Comment by Sean Molloy — September 3, 2010 @ 6:40 pm BST Sep 3,2010 | Reply

  2. Jonathan,
    is there a difference between the results from v$log_history and those of the scn_to_timestamp function? If my memory serves me well scn_to_timestamp does not translate ancient scn, but I guess that old entries from v$log_history also will be deleted sometime.

    Comment by Martin Preiss — September 3, 2010 @ 6:41 pm BST Sep 3,2010 | Reply

    • seems that Sean Molloy answered my question even before I asked it …

      Comment by Martin Preiss — September 3, 2010 @ 6:43 pm BST Sep 3,2010 | Reply

  3. Hi Jonathan,
    Thanks for the post, really useful. But, I dont understand why you are taking the min(first_time) and Not the max(first_time). Could you just explain me this,


    Comment by orawiss — September 3, 2010 @ 9:37 pm BST Sep 3,2010 | Reply

    • Wissem,
      I need a timestamp from a point in time AFTER the row changed, and I want that to be the earliest possible time I can find, hence min().

      Comment by Jonathan Lewis — September 6, 2010 @ 8:01 am BST Sep 6,2010 | Reply

  4. Tanel Poder has dropped me an email to let me know that he wrote some notes on this topic a few months ago. He was too modest to post the link here as a comment – but he should have done, as they are more extensive than my brief comment and cover topics like the smon_scn_time etc.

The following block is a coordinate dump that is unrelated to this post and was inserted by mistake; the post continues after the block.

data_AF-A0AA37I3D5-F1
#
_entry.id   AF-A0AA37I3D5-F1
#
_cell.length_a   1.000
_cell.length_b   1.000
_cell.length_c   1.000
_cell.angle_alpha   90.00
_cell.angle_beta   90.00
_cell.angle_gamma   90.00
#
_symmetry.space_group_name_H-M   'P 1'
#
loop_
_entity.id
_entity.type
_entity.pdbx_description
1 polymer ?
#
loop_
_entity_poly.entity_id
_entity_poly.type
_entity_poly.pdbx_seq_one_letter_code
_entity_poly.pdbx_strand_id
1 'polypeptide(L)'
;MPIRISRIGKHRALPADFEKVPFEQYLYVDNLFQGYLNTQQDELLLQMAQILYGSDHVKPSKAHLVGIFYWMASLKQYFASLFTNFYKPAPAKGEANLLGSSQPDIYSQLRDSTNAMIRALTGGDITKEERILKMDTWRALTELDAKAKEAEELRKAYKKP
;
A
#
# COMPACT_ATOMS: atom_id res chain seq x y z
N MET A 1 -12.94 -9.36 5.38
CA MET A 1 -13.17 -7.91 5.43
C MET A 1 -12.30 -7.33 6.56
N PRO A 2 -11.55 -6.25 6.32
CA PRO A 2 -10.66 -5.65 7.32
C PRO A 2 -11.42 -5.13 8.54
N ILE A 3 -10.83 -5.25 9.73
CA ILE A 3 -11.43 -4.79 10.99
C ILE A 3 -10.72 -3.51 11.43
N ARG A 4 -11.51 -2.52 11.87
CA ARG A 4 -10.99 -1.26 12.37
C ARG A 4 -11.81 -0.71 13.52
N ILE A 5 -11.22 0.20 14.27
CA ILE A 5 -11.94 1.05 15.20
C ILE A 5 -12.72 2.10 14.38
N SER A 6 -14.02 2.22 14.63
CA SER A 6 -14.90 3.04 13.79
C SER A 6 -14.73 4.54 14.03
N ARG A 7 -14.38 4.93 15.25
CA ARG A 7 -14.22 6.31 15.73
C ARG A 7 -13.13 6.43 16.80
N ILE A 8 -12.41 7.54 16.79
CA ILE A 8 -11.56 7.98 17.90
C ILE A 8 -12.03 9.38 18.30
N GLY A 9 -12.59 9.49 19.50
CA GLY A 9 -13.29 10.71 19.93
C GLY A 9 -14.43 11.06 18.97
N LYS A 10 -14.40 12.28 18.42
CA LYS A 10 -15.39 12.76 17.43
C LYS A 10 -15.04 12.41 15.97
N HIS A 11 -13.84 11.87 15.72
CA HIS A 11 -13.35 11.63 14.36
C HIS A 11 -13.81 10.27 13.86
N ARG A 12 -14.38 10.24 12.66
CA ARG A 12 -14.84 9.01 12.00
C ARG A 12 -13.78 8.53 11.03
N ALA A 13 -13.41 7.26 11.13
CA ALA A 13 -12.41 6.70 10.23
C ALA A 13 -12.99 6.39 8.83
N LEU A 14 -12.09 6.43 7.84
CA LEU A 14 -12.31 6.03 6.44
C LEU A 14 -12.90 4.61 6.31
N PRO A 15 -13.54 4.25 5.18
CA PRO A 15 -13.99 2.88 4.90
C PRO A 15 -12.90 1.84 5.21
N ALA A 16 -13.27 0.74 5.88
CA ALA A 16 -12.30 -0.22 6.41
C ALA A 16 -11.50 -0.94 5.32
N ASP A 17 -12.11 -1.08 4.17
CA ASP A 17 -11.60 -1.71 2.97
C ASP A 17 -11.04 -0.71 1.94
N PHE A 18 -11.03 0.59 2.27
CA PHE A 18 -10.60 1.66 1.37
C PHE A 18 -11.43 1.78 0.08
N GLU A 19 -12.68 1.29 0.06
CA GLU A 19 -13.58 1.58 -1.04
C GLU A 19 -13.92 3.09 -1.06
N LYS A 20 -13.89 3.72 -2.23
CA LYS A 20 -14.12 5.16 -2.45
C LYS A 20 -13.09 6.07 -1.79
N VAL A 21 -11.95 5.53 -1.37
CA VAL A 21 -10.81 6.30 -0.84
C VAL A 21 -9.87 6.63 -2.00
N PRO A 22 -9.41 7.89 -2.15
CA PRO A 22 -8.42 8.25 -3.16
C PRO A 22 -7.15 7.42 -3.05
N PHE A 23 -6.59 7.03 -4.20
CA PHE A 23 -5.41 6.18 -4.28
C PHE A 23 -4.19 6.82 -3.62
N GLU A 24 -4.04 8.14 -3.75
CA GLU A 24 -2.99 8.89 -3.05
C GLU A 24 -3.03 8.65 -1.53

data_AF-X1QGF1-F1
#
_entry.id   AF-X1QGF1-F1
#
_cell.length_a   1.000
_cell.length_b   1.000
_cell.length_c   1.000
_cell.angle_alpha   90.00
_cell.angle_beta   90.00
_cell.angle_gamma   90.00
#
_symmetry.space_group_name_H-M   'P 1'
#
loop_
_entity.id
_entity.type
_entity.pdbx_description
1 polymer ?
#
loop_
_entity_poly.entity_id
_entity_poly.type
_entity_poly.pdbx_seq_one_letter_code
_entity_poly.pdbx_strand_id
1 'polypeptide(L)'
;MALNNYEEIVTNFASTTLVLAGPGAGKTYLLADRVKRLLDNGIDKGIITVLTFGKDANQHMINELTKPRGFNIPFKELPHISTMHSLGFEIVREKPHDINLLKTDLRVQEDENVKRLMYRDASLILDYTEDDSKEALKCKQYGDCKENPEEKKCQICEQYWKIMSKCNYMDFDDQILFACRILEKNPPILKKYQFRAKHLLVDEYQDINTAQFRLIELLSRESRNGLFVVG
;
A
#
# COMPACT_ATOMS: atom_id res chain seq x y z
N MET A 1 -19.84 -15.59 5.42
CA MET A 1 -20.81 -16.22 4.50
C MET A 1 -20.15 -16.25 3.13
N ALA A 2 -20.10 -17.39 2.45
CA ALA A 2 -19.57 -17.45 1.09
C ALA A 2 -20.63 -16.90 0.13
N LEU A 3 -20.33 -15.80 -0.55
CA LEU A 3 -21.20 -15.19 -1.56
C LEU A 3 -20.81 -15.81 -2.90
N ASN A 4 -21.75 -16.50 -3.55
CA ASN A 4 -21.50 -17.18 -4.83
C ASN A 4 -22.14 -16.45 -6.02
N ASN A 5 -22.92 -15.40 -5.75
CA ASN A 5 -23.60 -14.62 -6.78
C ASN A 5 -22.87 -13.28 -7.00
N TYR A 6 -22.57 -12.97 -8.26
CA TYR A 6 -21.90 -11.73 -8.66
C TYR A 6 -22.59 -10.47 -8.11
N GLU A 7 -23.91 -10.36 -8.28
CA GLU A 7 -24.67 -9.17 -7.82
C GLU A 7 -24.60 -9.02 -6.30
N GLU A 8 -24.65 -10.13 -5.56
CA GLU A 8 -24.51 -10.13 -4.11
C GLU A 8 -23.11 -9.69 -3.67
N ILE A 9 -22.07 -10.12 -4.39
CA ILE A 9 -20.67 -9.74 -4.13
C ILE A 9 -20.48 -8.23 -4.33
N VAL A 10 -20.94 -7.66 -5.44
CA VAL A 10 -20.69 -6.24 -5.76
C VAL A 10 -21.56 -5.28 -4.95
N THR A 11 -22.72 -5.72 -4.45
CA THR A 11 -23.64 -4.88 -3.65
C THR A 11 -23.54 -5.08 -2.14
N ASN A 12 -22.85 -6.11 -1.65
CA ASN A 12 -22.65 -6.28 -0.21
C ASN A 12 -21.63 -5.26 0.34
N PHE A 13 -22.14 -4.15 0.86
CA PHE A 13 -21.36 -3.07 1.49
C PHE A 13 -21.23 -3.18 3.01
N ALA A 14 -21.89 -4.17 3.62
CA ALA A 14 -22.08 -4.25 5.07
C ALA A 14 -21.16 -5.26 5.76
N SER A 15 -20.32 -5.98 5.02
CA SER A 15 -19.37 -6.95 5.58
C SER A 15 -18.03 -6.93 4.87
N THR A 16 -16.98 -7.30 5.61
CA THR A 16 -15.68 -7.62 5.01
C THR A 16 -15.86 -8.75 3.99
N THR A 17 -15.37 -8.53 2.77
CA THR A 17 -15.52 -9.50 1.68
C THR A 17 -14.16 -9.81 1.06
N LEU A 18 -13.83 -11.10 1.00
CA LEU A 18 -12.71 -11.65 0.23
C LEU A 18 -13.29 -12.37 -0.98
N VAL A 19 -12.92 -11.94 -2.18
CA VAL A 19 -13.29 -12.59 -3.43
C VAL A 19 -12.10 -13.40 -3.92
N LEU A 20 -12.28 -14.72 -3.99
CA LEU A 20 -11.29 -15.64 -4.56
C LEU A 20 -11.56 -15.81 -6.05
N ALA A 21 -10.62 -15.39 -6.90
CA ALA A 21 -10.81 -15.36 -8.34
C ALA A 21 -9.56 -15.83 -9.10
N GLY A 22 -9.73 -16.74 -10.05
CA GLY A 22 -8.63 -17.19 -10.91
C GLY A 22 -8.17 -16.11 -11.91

Comment by Jonathan Lewis — September 6, 2010 @ 8:09 am BST Sep 6,2010 | Reply

  5. “Oracle has various algorithms for working out the largest SCN available that is not less than the SCN at which the transaction committed”

    Presumably some of that is related to dirty blocks, written to disk with uncommitted changes. If there’s a large gap (eg days/weeks) between that dirty write and a delayed block cleanout, any guidelines on what that alogrithm may arrive at ?

    Comment by Gary — September 6, 2010 @ 10:36 pm BST Sep 6,2010 | Reply

    • Gary,

      That’s a point that exposies one of the weaknesses of this method (even if you are using rowdependencies).

      In the worst possible case the block would have been written to disc before the commit took place and thus have no information about the commit time. When the cleanout takes place Oracle typically only needs to know that the commit took place before the transaction (or read) doing the cleanout started, so it will only work out an “upper bound commit” (i.e. one that is just a little smaller than the start SCN of the transaction (or query) that is reading the block) rather than working backwards in time as far as possible. This may be an SCN that is much later in time than the actual commit SCN of the transaction.

      Of course, if the cleaning process is a query it’s possible that it’s a very long running query, in which case Oracle may work backwards through the undo tablespace until it can’t go any further and still not find a commit SCN that precedes the query’s start SCN, in which case the query fails with an ORA-01555. (The relevant statistics are: transaction tables consistent read rollbacks, transaction tables consistent reads – undo records applied, and cleanout – number of ktugct calls (Get Commit Time).

      Comment by Jonathan Lewis — September 7, 2010 @ 5:47 pm BST Sep 7,2010 | Reply

      • Thanks. I guess that where you need greater accuracy, you’d need to force a cleanout (eg full table scan).

        Comment by Gary — September 7, 2010 @ 10:22 pm BST Sep 7,2010 | Reply

  6. Hi Jonathan,

    Very interesting post.